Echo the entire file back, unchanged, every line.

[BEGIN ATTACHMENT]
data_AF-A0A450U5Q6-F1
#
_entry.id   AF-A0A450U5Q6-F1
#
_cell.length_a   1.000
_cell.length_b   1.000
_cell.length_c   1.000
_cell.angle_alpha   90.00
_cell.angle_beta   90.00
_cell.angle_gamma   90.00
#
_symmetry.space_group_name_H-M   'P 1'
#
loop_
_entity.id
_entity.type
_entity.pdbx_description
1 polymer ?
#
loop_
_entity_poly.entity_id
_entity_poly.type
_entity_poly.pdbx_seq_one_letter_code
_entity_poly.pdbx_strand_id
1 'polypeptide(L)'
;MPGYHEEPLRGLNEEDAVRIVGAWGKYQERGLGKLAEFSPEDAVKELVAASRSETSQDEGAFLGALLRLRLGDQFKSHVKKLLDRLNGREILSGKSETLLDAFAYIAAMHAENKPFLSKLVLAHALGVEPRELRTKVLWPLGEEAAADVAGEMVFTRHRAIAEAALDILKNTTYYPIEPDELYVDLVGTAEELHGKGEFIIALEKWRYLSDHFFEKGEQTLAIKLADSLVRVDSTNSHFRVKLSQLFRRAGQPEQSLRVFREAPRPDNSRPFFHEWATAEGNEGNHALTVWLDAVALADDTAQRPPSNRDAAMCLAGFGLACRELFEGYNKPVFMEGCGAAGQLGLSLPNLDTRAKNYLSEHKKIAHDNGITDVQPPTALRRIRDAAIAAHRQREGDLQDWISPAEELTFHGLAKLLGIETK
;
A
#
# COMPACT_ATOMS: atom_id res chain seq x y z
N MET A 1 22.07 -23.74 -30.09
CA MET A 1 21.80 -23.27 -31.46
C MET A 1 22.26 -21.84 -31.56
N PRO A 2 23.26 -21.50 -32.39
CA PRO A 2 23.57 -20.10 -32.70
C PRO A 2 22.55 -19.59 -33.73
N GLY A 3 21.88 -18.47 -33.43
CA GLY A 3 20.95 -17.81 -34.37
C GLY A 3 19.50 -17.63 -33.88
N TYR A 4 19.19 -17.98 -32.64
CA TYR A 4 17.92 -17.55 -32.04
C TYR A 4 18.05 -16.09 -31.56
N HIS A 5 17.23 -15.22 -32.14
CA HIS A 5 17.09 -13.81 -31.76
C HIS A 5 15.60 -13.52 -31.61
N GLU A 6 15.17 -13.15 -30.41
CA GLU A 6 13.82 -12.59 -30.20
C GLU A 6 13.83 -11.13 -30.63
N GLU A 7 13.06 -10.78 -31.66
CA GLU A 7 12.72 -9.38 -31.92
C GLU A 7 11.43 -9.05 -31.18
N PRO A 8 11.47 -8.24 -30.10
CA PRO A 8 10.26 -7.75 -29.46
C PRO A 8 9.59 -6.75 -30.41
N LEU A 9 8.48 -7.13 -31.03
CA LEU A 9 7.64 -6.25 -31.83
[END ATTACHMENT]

data_AF-A0A450U5Q6-F1
#
_entry.id   AF-A0A450U5Q6-F1
#
_cell.length_a   1.000
_cell.length_b   1.000
_cell.length_c   1.000
_cell.angle_alpha   90.00
_cell.angle_beta   90.00
_cell.angle_gamma   90.00
#
_symmetry.space_group_name_H-M   'P 1'
#
loop_
_entity.id
_entity.type
_entity.pdbx_description
1 polymer ?
#
loop_
_entity_poly.entity_id
_entity_poly.type
_entity_poly.pdbx_seq_one_letter_code
_entity_poly.pdbx_strand_id
1 'polypeptide(L)'
;MPGYHEEPLRGLNEEDAVRIVGAWGKYQERGLGKLAEFSPEDAVKELVAASRSETSQDEGAFLGALLRLRLGDQFKSHVKKLLDRLNGREILSGKSETLLDAFAYIAAMHAENKPFLSKLVLAHALGVEPRELRTKVLWPLGEEAAADVAGEMVFTRHRAIAEAALDILKNTTYYPIEPDELYVDLVGTAEELHGKGEFIIALEKWRYLSDHFFEKGEQTLAIKLADSLVRVDSTNSHFRVKLSQLFRRAGQPEQSLRVFREAPRPDNSRPFFHEWATAEGNEGNHALTVWLDAVALADDTAQRPPSNRDAAMCLAGFGLACRELFEGYNKPVFMEGCGAAGQLGLSLPNLDTRAKNYLSEHKKIAHDNGITDVQPPTALRRIRDAAIAAHRQREGDLQDWISPAEELTFHGLAKLLGIETK
;
A
#
# COMPACT_ATOMS: atom_id res chain seq x y z
N MET A 1 22.07 -23.74 -30.09
CA MET A 1 21.80 -23.27 -31.46
C MET A 1 22.26 -21.84 -31.56
N PRO A 2 23.26 -21.50 -32.39
CA PRO A 2 23.57 -20.10 -32.70
C PRO A 2 22.55 -19.59 -33.73
N GLY A 3 21.88 -18.47 -33.43
CA GLY A 3 20.95 -17.81 -34.37
C GLY A 3 19.50 -17.63 -33.88
N TYR A 4 19.19 -17.98 -32.64
CA TYR A 4 17.92 -17.55 -32.04
C TYR A 4 18.05 -16.09 -31.56
N HIS A 5 17.23 -15.22 -32.14
CA HIS A 5 17.09 -13.81 -31.76
C HIS A 5 15.60 -13.52 -31.61
N GLU A 6 15.17 -13.15 -30.41
CA GLU A 6 13.82 -12.59 -30.20
C GLU A 6 13.83 -11.13 -30.63
N GLU A 7 13.06 -10.78 -31.66
CA GLU A 7 12.72 -9.38 -31.92
C GLU A 7 11.43 -9.05 -31.18
N PRO A 8 11.47 -8.24 -30.10
CA PRO A 8 10.26 -7.75 -29.46
C PRO A 8 9.59 -6.75 -30.41
N LEU A 9 8.48 -7.13 -31.03
CA LEU A 9 7.64 -6.25 -31.83